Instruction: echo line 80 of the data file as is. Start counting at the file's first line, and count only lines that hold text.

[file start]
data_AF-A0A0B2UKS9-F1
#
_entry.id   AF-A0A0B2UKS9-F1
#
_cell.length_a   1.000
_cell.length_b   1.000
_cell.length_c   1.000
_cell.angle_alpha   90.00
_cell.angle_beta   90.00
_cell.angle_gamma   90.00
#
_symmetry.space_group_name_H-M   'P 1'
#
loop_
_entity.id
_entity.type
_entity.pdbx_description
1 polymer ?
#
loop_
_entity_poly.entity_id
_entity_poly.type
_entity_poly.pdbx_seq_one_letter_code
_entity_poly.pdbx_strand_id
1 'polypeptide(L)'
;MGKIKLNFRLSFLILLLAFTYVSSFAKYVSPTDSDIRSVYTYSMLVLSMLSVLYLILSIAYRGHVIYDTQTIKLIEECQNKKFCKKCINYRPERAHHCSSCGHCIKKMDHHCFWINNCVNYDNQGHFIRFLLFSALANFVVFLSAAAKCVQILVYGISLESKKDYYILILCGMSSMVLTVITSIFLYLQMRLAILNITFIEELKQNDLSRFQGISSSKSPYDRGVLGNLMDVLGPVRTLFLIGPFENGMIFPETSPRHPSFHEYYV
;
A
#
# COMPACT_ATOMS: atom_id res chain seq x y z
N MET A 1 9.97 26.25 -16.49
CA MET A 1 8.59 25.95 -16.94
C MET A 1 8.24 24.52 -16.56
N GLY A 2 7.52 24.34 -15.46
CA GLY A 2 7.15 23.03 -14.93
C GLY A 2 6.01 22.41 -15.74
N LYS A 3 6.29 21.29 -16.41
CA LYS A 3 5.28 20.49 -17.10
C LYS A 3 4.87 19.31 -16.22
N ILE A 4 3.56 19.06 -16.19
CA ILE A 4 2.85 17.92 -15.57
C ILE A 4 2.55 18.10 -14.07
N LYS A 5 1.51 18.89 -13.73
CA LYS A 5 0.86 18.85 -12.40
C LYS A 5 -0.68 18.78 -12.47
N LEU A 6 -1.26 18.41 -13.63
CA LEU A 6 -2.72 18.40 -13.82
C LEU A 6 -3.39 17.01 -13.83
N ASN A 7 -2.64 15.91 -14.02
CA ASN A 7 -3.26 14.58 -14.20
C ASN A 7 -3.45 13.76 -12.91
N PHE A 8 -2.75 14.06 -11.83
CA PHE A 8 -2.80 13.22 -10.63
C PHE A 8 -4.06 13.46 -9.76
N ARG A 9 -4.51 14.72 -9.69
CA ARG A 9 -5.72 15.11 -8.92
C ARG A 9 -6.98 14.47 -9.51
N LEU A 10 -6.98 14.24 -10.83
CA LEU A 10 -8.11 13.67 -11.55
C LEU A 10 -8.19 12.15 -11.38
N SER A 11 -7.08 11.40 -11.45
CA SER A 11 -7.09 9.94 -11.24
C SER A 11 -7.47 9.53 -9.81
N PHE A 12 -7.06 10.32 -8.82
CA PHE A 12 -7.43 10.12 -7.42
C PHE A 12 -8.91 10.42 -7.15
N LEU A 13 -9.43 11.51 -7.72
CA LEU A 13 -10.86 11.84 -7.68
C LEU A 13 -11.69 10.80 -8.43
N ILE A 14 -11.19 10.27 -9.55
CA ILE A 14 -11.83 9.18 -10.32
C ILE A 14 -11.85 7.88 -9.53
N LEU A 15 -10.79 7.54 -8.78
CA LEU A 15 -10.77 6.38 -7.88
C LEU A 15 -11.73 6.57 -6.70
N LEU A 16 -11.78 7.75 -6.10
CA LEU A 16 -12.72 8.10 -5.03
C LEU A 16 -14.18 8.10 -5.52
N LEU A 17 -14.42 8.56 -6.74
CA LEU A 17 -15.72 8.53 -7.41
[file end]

CA LEU A 17 -15.72 8.53 -7.41